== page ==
Not Your Average Recording Studio
It’s not unusual for these creative minds to record outside the studio – castles, exotic locations, houseboats and haunted estates. But as the cliche goes, there’s no place like home even if you’re a huge rockstars. Of course it goes without saying that it has its pros and cons but in the end, they all have their reasons why they opted for houses.
They probably want to go back to their roots and keep it simple or just a change of environment because they’ve gotten bored of seeing the same studio for years. Or maybe, it’s because they practically have no other choice on the matter and they needed to record ASAP so they eventually went for the next best thing available.
Either way, today’s bands could learn a thing or two from these musicians. Keep in mind that back then, they didn’t have the kind of home recording equipment we have today so it was more challenging and they had to be innovative to pull it off.
5. Foo Fighters – “Wasting Light”
Foo Fighters’ seventh album is an epic masterpiece. Dave Grohl wanted to retrace their roots and stay away from digital recording so they ended up in Grohl’s garage in California and used only analog equipment. The result was rawer and heavier music – something Foo Fighters fans absolutely loved.
So it didn’t really come as a surprise that the record was a commercial success and it topped the charts in several countries too!
“We’ve gotten so huge, what’s left to do? We could go back to 606 and make a big, slick, super-tight record just like the last one. Or we could try to capture the essence of the first couple of Foo Fighters records.” – Dave Grohl
Grohl wasn’t a huge fan of digital tools because he believed that “it kinda sucks the life out of music” which we absolutely agree with. They may have used outdated techniques and had to rehearse for weeks (because there was little room for mistakes) but in the end, it was worth it.
4. Bob Dylan and the Band – “Basement Tapes”
In July 1966, Bob Dylan was injured in a motorcycle accident. But just because he wasn’t seen in public didn’t mean he stopped making music. On the contrary, he and his backing group The Hawks (which eventually became The Band) had several informal recording sessions at the Big Pink which Rick Danko rented in 1967.
It was nothing serious, they were merely having fun and killing time. They set up microphones, a recording unit, tape recorder and stereo mixers in the basement.
“That’s really the way to do a recording—in a peaceful, relaxed setting—in somebody’s basement. With the windows open … and a dog lying on the floor.” – Bob Dylan
Whether they knew it at the time or not, they raised the bar in rock music. The rawness, vibe and intimacy – it was everything. It may not have the best sound quality but all in all, it’s still a great record.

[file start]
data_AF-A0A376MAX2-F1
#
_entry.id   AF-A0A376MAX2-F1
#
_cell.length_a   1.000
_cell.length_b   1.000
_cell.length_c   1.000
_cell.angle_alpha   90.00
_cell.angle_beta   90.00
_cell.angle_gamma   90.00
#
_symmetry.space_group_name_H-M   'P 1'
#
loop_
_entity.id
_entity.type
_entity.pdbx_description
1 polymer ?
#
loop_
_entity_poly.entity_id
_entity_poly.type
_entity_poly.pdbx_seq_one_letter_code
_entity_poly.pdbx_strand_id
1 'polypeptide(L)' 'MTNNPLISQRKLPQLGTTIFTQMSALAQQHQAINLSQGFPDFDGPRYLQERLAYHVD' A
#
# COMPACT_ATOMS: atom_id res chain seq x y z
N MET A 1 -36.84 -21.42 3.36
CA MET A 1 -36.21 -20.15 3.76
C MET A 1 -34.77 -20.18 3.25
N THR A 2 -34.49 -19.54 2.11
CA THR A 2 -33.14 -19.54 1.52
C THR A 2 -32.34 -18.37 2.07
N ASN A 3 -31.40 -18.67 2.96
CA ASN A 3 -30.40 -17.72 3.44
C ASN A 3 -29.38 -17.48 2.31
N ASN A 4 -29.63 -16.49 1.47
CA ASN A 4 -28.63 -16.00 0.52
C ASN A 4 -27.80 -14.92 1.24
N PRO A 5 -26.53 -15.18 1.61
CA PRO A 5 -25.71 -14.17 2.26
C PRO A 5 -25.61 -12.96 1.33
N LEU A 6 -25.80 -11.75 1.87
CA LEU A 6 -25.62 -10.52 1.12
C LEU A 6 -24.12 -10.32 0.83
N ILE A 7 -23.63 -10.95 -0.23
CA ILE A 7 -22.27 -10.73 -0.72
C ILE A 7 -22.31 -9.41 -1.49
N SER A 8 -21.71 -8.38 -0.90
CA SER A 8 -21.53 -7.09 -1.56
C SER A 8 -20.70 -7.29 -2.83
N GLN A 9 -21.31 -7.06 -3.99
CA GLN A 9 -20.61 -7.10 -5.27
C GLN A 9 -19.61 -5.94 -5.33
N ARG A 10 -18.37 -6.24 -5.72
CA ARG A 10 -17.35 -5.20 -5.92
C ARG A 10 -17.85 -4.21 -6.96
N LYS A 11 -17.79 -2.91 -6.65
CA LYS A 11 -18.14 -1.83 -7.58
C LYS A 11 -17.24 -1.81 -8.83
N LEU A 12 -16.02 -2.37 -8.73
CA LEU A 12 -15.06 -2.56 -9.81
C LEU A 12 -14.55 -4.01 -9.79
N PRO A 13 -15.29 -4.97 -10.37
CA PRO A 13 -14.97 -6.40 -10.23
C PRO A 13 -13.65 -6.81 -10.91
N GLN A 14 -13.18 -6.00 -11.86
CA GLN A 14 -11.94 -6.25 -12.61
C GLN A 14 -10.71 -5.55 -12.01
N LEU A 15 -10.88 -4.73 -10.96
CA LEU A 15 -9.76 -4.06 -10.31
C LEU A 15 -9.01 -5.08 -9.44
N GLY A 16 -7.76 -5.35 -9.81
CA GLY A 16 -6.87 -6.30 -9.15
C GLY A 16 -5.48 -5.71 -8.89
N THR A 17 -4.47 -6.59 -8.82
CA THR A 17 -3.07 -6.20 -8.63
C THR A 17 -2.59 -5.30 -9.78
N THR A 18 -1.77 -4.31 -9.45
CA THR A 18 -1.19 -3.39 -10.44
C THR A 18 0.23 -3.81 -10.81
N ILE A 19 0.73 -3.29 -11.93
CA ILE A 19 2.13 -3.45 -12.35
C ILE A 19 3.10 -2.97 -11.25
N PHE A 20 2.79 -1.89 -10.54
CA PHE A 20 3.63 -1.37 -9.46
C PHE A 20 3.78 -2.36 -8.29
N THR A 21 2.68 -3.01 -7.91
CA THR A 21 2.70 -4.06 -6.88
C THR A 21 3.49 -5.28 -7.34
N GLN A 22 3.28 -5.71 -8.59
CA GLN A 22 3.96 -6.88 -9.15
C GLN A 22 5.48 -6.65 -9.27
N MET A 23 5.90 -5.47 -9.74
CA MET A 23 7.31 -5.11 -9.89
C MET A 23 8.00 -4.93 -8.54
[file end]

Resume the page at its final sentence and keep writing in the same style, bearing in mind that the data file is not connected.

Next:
3. Nine Inch Nails – “The Downward Spiral”
It’s fairly easy to get lost in this album. The theme is pretty dark because the record details a man’s ‘downward spiral’ to his suicide attempt. And they moved into a luxury home at 10050 Cielo Drive Benedict Canyon, Los Angeles which was the very same house where actress Sharon Tate was mercilessly murdered while heavily pregnant by members of Charles Manson’s family.
She was stabbed sixteen times.
“While I was working on [The] Downward Spiral, I was living in the house where Sharon Tate was killed. Then one day I met her sister [Patti Tate]. It was a random thing, just a brief encounter. And she said: ‘Are you exploiting my sister’s death by living in her house?’ For the first time, the whole thing kind of slapped me in the face. I said, ‘No, it’s just sort of my own interest in American folklore. I’m in this place where a weird part of history occurred.’ I guess it never really struck me before, but it did then.” – Trent Reznor
Still somehow, Nine Inch Nails ended up with one of the greatest albums ever made. It was heavy, intense, raw and terrifying all the same. Especially if you know where it was recorded, the songs will feel like they have a whole new meaning to them.
2. Bruce Springsteen – “Nebraska”
One of Bruce Springsteen’s finest work is criminally underrated. And he took a huge risk because it was stripped down and had an overall somber feel. Instead of a recording session, Bruce Springsteen recorded in the bedroom of his home in New Jersey. It was just him, his instruments and a four-track cassette machine.
It’s hauntingly beautiful to say the least and everything paid off nicely.
“Technically, it was difficult to get it on a disc. The stuff was recorded so strangely, the needle would read a lot of distortion and wouldn’t track in the wax. We almost had to release it as a cassette.” – Bruce Springsteen
It’s a demo but it’s as good as it gets. It’s partly due to the fact that it’s raw and unpolished which gave it a certain appeal. The mood and content were both dark which is why he didn’t go on tour in support of this album.
1. The Rolling Stone – “Exile on Main St.”
When life handed The Rolling Stones lemons, Keith Richards made sure to put them to good use by grabbing tequila and salt.
One of the greatest albums of all time was recorded while the band was on tax exile. Keith rented a villa in Nellcôte, France and they converted the basement into a makeshift studio. It was a challenging time because unlike the recording studio, everyone could do pretty much anything they fancy – drugs were coming in left and right and they had several visitors too.
“Not everyone turned up every night. This was, for me, one of the major frustrations of this whole period. For our previous two albums we had worked well and listened to producer Jimmy Miller. At Nellcôte things were very different and it took me a while to understand why.” – Bassist Bill Wyman
And after all their shenanigans, the result was one of the finest albums ever made by the group. Keith Richards must be incredibly proud.